Alaska Gov. Bill Walker ended his re-election campaign today and threw his support behind Democrat Mark Begich.
“Every decision I made as your governor, I have made on the basis of what I believe is best for Alaska,” Walker said. “With that said, effective today, I am suspending my campaign for the reelection as governor.”
Walker made the announcement during an address to the Alaska Federation of Natives Convention. There was an audible gasp from the crowd as he made the suspension announcement, and applause as he backed Begich’s campaign and as he left the stage.
“I am so proud of the work that we have done in the most challenging fiscal crisis in the state’s history,” Walker said. “And it is the honor of my life, the honor of my life, to have served as the governor of this great state.”
Walker said he was disappointed, and that if there had been more time before the election he thought he and newly appointed Lt. Gov. Valerie Davidson would’ve had a better chance. There are 18 days left until the Nov. 6 election.
“Ultimately, it’s not how long my team and I serve, it’s how well we serve the people and the state we love while we have the opportunity and the honor to serve,” Walker said.
Walker said he made the decision after talking with many Alaskans about whether he or Begich had a better chance against Republican Mike Dunleavy.
“The determination was made that at this point, Begich has the better odds,” Walker said.
Walker expressed concern about the potential reversal of the Medicaid expansion by Dunleavy.
Walker said Dunleavy’s “campaign record and rhetoric indicates that he will eliminate Medicaid expansion that has provided health care access to 44,000 Alaskans, created jobs, and brought $1 billion of federal dollars into an economy that dearly needed it, decreasing statewide health care expenditures by $16 million and kept hospitals from closing and saved lives.”
Walker also predicted that Dunleavy would take away funding for the Alaska natural gas pipeline.
The announcement came three days after Lt. Gov. Byron Mallott resigned after making what Walker has described as an “inappropriate overture to a female.”
The move will let Begich pull closer to Republican Mike Dunleavy in the race for governor.
Democratic Governors Association spokesman Jared Leopold says the DGA is now optimistic about winning in Alaska. He said the association will decide whether to spend money in the state.
“We’ll be keeping a close eye on Alaska,” Leopold said. “This is obviously a game-changer that we saw today. And we’ll see what happens in the coming weeks.”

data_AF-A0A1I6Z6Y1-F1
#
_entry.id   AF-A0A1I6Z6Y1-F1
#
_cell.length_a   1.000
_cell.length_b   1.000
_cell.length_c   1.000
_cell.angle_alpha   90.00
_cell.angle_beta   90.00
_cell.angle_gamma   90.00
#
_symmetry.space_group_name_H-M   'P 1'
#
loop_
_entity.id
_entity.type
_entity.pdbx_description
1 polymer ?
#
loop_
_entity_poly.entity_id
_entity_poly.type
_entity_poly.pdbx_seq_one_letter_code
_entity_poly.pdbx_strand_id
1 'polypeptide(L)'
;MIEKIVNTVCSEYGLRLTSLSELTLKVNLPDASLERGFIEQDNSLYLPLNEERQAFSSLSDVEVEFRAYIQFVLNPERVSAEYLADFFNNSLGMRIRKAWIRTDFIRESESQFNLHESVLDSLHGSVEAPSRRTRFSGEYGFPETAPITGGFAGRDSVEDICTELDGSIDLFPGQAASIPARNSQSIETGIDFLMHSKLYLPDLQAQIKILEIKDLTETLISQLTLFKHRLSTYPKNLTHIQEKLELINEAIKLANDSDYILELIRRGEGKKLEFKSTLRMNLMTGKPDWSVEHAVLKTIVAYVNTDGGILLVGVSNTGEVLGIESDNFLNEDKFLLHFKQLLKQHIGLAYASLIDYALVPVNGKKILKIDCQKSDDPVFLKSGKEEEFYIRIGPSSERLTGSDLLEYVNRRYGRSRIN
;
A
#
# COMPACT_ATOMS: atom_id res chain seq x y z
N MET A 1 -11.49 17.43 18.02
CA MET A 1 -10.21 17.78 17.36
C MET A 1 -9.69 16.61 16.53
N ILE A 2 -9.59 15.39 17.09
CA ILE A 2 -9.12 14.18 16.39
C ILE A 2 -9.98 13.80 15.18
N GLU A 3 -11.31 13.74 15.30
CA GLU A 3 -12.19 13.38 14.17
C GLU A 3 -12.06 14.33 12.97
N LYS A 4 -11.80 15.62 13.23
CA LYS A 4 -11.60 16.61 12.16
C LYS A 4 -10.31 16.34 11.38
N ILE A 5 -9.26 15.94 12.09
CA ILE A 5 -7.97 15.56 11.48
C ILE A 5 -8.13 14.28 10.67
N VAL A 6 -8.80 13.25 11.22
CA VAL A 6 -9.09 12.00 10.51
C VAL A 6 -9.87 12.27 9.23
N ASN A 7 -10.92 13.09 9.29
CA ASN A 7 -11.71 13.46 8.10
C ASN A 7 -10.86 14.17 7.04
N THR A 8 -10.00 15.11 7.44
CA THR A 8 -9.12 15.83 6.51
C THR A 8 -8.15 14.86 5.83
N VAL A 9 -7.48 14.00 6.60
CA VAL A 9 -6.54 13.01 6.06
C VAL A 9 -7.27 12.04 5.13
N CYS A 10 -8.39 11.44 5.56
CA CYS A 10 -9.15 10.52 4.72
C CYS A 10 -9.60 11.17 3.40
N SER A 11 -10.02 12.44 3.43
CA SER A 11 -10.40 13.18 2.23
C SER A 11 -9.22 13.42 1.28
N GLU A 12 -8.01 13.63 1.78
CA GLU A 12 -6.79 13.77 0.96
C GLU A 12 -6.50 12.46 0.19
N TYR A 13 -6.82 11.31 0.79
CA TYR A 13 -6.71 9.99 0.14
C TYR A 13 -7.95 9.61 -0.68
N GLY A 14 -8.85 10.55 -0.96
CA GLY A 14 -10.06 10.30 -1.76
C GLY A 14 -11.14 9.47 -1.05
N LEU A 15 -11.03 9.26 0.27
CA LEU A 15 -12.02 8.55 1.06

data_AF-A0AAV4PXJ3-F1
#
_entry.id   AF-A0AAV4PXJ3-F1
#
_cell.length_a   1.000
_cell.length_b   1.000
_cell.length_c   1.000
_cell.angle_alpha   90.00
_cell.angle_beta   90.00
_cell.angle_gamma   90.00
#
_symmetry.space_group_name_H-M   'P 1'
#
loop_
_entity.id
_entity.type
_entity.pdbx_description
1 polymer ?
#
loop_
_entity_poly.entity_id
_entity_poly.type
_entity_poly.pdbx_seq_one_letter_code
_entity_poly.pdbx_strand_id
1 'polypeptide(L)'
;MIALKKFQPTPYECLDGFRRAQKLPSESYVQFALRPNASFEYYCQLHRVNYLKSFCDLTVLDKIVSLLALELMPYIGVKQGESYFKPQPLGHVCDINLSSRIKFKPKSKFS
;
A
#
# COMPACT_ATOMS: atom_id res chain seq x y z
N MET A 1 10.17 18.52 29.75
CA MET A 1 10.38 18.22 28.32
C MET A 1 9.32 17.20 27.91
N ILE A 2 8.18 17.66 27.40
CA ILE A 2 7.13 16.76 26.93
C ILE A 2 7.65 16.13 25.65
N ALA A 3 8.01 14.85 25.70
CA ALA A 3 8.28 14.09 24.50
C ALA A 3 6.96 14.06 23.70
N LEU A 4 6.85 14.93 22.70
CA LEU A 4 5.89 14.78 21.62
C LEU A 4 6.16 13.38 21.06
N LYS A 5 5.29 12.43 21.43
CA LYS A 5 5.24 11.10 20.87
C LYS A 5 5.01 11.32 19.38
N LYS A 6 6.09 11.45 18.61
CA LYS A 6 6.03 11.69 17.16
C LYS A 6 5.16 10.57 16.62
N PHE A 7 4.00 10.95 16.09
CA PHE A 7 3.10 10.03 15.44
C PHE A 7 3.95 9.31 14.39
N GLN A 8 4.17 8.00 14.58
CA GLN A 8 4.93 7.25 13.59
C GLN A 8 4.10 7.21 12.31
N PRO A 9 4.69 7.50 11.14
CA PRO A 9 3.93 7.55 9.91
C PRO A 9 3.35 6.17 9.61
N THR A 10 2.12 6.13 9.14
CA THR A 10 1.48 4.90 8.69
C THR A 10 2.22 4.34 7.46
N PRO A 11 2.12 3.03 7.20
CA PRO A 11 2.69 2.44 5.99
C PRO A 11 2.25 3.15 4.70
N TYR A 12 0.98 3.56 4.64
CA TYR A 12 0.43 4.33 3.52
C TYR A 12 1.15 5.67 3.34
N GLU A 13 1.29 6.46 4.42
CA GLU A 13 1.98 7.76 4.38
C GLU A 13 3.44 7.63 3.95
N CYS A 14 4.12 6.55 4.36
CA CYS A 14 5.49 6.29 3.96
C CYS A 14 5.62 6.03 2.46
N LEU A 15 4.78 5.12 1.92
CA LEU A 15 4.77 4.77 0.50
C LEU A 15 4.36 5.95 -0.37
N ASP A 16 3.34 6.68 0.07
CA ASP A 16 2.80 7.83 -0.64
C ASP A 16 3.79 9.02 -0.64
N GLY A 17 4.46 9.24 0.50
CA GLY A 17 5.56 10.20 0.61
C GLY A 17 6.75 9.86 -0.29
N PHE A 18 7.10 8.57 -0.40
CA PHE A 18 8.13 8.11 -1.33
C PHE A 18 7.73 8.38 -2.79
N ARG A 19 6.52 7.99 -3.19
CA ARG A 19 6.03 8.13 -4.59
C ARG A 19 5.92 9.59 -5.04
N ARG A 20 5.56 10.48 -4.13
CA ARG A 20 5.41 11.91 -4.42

The names of Walker and Mallott must remain on the ballot, because it’s past the deadline to withdraw. Libertarian Billy Toien also is running.
At a debate with Dunleavy following the governor’s announcement, Begich applauded the governor’s decision to suspend his campaign.
“I do want to acknowledge the amazing, courageous action that the governor did. He was about Alaska,” Begich said, to applause from the crowd.
Dunleavy said Walker’s campaign had a problem after Mallott resigned.
“I think it was a surprise — not a shock, a surprise — given what happened with the lieutenant governor, and it’s a three-way,” Dunleavy said. “But we’ve always been focused … on our race, what we stand for, getting the message out. So we’re going to keep forging ahead.”
Walker began his administration with broad support. A national poll in early 2016 listed him as among the country’s most popular governors. But that June, Walker’s decision to veto half of permanent fund dividends began a long decline in his approval rating.
While the Legislature voted for two later PFD cuts, Walker took much of the blame. The reductions allowed the Permanent Fund to grow, which Walker argues will allow PFDs to continue into the future.
The move also allowed the Legislature to pass a plan to pay for state government using permanent fund earnings. Walker said that without this, deep reductions in state government services would hurt Alaskans by harming schools, health care and the state’s economy.
But political opponents criticized Walker for the cuts and capitalized on the PFD cuts’ unpopularity.
Coverage from KTUU (Walker begins speaking at around 26:30):
Wesley Early of Alaska Public Media, Elizabeth Harball of Alaska’s Energy Desk, and Jeremy Hsieh of KTOO contributed to this report.
Correction: An earlier version of this story misstated the Democratic Governors Association spokesman’s name. It’s Jared Leopold, not Jason Leopold.
Governor’s team contrasts 10-year plan and alternatives, but House speaker says message is ill-timedThe plan looks at what the state would spend over the next 10 years if the Legislature adopts all of Dunleavy’s spending proposals -- and if lawmakers and Alaskans amend the state constitution to limit spending.
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